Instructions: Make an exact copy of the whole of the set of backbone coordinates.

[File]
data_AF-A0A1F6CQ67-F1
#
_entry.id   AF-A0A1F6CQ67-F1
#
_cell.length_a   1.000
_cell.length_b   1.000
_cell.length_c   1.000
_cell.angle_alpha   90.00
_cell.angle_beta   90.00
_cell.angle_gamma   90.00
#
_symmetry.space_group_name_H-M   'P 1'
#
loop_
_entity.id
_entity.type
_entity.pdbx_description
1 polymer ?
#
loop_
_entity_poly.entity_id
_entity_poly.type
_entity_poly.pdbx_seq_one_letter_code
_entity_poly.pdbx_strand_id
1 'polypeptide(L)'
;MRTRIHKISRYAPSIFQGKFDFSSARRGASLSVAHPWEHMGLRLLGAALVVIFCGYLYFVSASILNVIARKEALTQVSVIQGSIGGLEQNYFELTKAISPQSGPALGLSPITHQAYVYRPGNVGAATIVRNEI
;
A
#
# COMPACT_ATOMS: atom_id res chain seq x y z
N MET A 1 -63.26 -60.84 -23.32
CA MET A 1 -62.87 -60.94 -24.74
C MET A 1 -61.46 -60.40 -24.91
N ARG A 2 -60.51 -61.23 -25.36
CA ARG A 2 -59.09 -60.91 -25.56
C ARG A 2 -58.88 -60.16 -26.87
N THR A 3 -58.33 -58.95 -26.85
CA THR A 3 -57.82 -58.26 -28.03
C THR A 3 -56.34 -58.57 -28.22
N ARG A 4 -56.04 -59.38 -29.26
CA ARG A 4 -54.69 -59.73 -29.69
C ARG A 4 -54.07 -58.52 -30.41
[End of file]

data_AF-A0A1F6CQ67-F1
#
_entry.id   AF-A0A1F6CQ67-F1
#
_cell.length_a   1.000
_cell.length_b   1.000
_cell.length_c   1.000
_cell.angle_alpha   90.00
_cell.angle_beta   90.00
_cell.angle_gamma   90.00
#
_symmetry.space_group_name_H-M   'P 1'
#
loop_
_entity.id
_entity.type
_entity.pdbx_description
1 polymer ?
#
loop_
_entity_poly.entity_id
_entity_poly.type
_entity_poly.pdbx_seq_one_letter_code
_entity_poly.pdbx_strand_id
1 'polypeptide(L)'
;MRTRIHKISRYAPSIFQGKFDFSSARRGASLSVAHPWEHMGLRLLGAALVVIFCGYLYFVSASILNVIARKEALTQVSVIQGSIGGLEQNYFELTKAISPQSGPALGLSPITHQAYVYRPGNVGAATIVRNEI
;
A
#
# COMPACT_ATOMS: atom_id res chain seq x y z
N MET A 1 -63.26 -60.84 -23.32
CA MET A 1 -62.87 -60.94 -24.74
C MET A 1 -61.46 -60.40 -24.91
N ARG A 2 -60.51 -61.23 -25.36
CA ARG A 2 -59.09 -60.91 -25.56
C ARG A 2 -58.88 -60.16 -26.87
N THR A 3 -58.33 -58.95 -26.85
CA THR A 3 -57.82 -58.26 -28.03
C THR A 3 -56.34 -58.57 -28.22
N ARG A 4 -56.04 -59.38 -29.26
CA ARG A 4 -54.69 -59.73 -29.69
C ARG A 4 -54.07 -58.52 -30.41